When he is not raving about how the deep state is conspiring against him, Donald Trump loves to boast about the economy, claiming to have achieved unprecedented things. As it happens, none of his claims are true. While both G.D.P. and employment have registered solid growth, the Trump economy simply seems to have continued a long expansion that began under Barack Obama.
But now it is starting to look as if Trump really will achieve something unique. He may well be the first president of modern times to preside over a slump that can be directly attributed to his own policies, rather than bad luck.
More recently, the [mini-recession] of 2015-16, a slump in manufacturing that may have tipped the scale to Trump, was caused mainly by a plunge in energy prices rather than any one else's policies.
Now the U.S. economy is going through another partial slump. Once again, manufacturing is contracting. Agriculture is also taking a severe hit, as is shipping. Overall output and employment are still growing, but around a fifth of the economy is effectively in recession. But unlike previous presidents, who were just unlucky to preside over slumps, Trump has done this to himself, largely by choosing to wage a trade war he insisted would be 'good, and easy to win'.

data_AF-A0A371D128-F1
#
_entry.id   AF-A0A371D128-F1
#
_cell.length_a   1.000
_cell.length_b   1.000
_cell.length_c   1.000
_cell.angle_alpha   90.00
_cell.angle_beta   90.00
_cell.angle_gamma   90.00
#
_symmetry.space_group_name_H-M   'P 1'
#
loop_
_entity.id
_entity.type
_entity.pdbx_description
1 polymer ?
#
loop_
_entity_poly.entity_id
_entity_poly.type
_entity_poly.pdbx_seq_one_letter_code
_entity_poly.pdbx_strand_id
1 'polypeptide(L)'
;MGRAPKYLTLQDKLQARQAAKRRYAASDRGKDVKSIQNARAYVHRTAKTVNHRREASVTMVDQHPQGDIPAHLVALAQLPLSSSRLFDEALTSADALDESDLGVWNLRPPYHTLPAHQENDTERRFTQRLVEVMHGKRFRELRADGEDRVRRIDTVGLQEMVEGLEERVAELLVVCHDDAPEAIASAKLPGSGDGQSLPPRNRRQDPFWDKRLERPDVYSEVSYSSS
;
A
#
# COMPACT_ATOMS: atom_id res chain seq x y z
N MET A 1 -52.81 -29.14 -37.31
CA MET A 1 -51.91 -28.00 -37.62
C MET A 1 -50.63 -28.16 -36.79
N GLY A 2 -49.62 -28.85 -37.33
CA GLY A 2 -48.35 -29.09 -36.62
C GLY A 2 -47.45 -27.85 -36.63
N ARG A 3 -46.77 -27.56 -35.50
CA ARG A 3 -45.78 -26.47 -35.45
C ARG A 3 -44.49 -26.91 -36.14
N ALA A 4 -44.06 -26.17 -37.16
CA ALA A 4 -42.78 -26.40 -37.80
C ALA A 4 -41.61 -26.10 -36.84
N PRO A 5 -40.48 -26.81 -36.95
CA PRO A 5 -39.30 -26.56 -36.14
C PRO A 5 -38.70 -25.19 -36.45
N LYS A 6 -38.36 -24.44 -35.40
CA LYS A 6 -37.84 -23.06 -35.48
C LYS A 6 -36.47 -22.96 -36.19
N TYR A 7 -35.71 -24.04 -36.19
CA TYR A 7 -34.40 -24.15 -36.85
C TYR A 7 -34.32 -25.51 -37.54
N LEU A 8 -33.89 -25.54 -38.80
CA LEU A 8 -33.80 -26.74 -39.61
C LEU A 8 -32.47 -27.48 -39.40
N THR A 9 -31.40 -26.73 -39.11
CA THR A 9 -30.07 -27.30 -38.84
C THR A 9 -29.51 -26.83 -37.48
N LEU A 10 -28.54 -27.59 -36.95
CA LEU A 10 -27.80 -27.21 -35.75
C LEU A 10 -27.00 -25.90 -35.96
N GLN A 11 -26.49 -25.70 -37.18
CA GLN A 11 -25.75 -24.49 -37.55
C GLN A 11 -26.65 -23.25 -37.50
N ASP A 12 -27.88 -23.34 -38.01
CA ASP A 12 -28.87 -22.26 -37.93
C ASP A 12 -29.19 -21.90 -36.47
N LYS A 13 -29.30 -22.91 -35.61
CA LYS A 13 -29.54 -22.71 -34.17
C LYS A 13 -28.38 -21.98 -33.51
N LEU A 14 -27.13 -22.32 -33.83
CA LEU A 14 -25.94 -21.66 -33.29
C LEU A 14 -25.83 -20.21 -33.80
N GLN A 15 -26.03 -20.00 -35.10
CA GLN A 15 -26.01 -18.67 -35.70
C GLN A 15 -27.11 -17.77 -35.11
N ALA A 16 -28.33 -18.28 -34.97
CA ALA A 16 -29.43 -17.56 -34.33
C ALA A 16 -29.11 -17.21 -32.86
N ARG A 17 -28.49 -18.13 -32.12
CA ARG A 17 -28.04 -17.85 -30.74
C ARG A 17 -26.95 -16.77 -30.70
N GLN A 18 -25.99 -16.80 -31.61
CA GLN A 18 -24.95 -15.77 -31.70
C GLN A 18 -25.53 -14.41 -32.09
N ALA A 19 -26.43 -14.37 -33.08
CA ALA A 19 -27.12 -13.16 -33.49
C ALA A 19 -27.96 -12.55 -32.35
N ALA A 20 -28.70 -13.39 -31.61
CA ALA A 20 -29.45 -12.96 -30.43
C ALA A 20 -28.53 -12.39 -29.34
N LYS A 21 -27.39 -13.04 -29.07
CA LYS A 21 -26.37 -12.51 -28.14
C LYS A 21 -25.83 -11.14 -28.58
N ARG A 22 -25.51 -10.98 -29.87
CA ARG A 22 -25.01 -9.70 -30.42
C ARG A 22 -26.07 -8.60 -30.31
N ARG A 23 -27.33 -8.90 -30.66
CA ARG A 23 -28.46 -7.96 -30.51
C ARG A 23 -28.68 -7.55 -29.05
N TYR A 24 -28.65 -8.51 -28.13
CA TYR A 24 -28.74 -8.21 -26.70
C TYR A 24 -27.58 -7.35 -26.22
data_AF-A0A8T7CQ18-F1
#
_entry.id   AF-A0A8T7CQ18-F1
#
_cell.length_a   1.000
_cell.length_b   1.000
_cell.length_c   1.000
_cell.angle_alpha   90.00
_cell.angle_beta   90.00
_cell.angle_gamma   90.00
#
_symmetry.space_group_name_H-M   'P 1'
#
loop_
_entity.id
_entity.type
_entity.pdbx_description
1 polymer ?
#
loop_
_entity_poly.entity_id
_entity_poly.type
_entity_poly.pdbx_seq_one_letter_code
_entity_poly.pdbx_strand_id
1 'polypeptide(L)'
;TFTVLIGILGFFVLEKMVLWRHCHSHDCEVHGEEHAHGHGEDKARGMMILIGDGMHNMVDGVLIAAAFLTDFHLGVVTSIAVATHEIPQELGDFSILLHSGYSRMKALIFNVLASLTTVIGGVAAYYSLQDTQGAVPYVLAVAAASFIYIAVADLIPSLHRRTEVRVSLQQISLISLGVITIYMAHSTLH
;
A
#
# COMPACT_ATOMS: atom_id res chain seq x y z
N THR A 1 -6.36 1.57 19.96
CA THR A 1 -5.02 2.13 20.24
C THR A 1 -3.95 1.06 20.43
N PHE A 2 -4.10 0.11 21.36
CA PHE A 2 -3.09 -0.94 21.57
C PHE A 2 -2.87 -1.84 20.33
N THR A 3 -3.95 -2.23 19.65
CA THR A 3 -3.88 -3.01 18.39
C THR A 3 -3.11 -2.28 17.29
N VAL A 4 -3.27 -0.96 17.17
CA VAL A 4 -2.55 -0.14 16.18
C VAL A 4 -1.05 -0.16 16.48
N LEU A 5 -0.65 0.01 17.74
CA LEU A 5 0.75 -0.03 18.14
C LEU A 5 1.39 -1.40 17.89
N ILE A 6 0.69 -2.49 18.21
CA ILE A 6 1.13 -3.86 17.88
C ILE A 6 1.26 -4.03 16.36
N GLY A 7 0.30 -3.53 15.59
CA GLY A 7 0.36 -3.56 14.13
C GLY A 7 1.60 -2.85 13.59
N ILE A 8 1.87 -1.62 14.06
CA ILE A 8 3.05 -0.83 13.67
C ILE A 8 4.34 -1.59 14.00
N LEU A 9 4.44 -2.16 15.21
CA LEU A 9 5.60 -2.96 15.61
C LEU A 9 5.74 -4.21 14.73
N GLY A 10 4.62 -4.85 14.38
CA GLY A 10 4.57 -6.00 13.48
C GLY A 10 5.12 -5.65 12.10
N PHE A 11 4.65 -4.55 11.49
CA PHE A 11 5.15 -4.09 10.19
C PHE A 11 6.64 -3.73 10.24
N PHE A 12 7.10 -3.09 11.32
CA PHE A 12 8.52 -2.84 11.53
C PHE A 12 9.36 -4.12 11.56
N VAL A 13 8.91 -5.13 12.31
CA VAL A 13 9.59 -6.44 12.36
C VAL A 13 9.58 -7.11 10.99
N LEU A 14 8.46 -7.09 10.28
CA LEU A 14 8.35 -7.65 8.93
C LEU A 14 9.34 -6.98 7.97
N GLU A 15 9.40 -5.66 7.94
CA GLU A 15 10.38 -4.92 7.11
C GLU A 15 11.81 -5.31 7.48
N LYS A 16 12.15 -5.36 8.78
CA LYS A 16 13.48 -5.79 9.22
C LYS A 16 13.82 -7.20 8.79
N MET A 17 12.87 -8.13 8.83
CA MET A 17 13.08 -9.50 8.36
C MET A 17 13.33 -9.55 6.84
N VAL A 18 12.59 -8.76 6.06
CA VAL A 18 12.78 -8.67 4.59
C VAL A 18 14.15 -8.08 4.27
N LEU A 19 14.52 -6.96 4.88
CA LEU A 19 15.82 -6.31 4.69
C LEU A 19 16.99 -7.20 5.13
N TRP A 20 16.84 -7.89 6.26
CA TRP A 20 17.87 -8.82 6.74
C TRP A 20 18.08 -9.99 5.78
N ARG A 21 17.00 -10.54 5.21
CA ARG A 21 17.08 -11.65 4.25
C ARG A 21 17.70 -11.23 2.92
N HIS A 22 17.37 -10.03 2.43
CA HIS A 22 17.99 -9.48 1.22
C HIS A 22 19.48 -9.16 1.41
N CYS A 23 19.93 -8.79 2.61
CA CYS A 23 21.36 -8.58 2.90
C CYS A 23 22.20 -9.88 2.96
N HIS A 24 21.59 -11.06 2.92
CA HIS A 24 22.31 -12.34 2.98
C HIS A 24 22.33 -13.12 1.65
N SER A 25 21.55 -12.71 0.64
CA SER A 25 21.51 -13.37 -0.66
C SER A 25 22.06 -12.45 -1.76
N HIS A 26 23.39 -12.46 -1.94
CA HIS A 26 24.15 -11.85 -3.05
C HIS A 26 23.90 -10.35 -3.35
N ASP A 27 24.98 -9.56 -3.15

The manufacturing slump is more surprising. After all, America runs a large trade deficit in manufactured goods, so you might expect that tariffs, by forcing buyers to turn to domestic suppliers, would be good for the sector. That is surely what Trump and his advisers thought would happen. But that’s not how it has worked out. Instead, the trade war has clearly hurt U.S. manufacturing. Indeed, it has done considerably more damage than even Trump critics like yours truly expected.
For the past few months he has been trying to portray the Federal Reserve as the root of all economic evil, even though current interest rates are well below those his own officials predicted in their triumphalist economic projections. However, the Fed-bashing will prove ineffective as a political strategy, not least because most Americans probably have at best a vague idea of what the Fed is and what it does.